Over 100 million people have contracted COVID-19 in the last year. And while more than 75 million have already recovered, the virus’ side effects have persisted long after for some.
“Eleven months since ‘recovery’, and on most days all I can smell is smoke,” one young Maltese woman said on Facebook over the weekend. “Plus, two months ago, egg white has started to taste like metal.”
“It makes my blood boil when people come and stand less than two metres away from me without a mask or their noses hanging over their mask,” she continued. “This is NOT. A. BLOODY. JOKE.”
“You might think, hey you got it, you weren’t careful yourself- well no, I got it when the world was still open, no lockdowns, I was on an eight-hour flight full of people – for work, and the instructions were not to wear masks,” she recounted. “Other people got it because of morons like the above that come and stand close to them.”
But she was definitely not alone; within minutes, the young woman was joined in the comments section by other tales of long-term COVID-19 side-effects.
“You got the same as well, crazy,” one person reflected.
“I completely agree,” another added. “My sense of smell and taste are not the same anymore after experiencing COVID-19. Especially smells…”
“I was diagnosed three months ago yesterday, and when I got over it, I smelled burnt popcorn and my husband smelled cigarette smoke quite often,” another said. “Now mine has changed to smoke almost all of the time.”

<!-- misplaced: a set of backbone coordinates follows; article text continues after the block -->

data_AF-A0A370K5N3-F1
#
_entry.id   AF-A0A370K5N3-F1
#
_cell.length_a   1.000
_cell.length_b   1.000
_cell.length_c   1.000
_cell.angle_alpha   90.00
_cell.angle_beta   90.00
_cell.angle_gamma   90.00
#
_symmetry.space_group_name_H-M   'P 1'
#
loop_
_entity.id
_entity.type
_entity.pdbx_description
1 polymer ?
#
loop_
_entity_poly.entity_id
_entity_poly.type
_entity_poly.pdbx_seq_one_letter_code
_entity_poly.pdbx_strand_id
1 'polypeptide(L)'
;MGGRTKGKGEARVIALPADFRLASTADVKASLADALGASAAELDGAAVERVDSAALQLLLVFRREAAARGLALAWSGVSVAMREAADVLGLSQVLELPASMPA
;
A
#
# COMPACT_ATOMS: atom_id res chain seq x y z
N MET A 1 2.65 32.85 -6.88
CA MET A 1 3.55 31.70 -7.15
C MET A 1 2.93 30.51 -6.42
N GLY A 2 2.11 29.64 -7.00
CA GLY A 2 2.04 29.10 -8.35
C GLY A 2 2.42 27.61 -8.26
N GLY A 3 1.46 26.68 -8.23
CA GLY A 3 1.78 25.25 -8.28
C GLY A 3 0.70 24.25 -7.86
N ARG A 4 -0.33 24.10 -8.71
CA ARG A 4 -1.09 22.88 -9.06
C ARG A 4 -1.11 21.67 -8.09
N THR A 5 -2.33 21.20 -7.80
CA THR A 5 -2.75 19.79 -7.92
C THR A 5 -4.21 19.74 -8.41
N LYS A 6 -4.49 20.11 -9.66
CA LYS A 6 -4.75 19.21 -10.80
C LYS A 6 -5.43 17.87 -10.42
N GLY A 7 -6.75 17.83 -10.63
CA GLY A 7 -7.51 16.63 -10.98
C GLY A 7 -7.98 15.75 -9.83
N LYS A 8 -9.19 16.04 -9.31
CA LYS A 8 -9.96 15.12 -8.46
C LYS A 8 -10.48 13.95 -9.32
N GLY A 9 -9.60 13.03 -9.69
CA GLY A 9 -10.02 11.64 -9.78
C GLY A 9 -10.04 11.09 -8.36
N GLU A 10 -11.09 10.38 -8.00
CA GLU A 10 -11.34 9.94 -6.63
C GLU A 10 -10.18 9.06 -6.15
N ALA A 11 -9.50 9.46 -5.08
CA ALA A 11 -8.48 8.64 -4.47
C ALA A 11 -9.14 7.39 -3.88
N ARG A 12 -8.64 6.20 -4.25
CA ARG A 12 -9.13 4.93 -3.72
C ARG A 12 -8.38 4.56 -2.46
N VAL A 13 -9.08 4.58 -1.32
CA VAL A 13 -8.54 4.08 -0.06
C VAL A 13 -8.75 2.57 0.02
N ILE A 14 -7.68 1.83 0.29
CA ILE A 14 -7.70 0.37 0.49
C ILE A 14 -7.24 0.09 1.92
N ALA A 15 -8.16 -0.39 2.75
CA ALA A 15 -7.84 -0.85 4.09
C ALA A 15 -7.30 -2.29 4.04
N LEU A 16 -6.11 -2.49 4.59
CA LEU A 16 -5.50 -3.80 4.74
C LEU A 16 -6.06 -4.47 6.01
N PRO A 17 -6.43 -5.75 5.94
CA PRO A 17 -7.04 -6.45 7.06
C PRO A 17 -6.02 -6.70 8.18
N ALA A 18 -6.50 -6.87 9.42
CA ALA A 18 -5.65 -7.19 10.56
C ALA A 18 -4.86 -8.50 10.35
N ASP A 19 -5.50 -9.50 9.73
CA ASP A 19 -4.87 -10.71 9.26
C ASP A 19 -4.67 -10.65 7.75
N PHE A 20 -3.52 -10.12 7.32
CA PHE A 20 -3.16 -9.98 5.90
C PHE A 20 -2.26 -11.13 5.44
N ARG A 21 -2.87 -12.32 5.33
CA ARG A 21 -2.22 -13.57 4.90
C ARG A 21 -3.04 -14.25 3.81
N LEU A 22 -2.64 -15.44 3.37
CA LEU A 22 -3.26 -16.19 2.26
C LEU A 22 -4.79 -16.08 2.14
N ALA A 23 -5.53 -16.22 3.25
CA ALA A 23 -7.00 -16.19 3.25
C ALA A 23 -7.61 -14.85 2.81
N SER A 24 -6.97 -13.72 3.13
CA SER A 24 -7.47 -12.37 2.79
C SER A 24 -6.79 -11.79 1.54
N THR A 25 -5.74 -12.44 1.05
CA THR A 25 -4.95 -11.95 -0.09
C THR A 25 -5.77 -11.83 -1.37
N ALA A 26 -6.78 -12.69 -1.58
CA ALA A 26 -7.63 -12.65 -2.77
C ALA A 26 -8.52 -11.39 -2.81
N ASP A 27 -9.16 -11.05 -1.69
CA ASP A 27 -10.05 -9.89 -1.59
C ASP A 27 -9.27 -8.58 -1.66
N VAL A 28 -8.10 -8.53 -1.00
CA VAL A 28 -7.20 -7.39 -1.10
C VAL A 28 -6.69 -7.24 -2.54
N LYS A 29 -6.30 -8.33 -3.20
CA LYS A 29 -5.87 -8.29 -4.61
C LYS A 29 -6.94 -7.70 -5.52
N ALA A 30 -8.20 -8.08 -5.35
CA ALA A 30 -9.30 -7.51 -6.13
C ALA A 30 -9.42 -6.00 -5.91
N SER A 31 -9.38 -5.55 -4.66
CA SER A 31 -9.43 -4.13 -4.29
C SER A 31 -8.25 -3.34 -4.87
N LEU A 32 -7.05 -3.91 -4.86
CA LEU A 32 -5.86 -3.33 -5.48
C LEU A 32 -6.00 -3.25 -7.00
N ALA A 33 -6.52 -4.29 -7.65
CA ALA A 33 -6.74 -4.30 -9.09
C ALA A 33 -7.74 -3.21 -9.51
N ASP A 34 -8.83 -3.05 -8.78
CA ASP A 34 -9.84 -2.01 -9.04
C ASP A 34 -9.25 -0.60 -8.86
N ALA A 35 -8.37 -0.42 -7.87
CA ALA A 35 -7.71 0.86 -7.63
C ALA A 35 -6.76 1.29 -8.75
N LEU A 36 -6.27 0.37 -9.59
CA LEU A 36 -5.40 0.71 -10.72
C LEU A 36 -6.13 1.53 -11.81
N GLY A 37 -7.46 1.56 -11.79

“Luckily, I can smell stuff again, but when there’s no strong smell, I smell smoke inside my nose,” the original post finished. “So please, use the information that we luckily have now and keep those around you safe!”
Just this morning, Public Health Superintendent Charmaine Gauci confirmed that COVID-19’s long-term effects are not being studied in Malta.
Answering a question by the Malta Independent, Gauci said that while specific studies of this sort are not being conducted on the island, the University of Malta is carrying out antibody tests on people who have recovered from COVID-19.
This, Gauci said, is being done because not everyone who had the virus automatically becomes “immune” to it.
Meanwhile, a study conducted by the American Medical Association found that 10% of all the people who contracted COVID-19 have suffered some sort of long-lasting symptoms, from months-long loss of taste to respiratory issues.
However, much of this research is still in its early days, and most experts agree that, while it may take time much longer than usual to recover from such symptoms, these effects will not be permanent.
What do you make of this? Let us know in the comments and share this if you think more people need to be reminded about these potential COVID-19 side-effects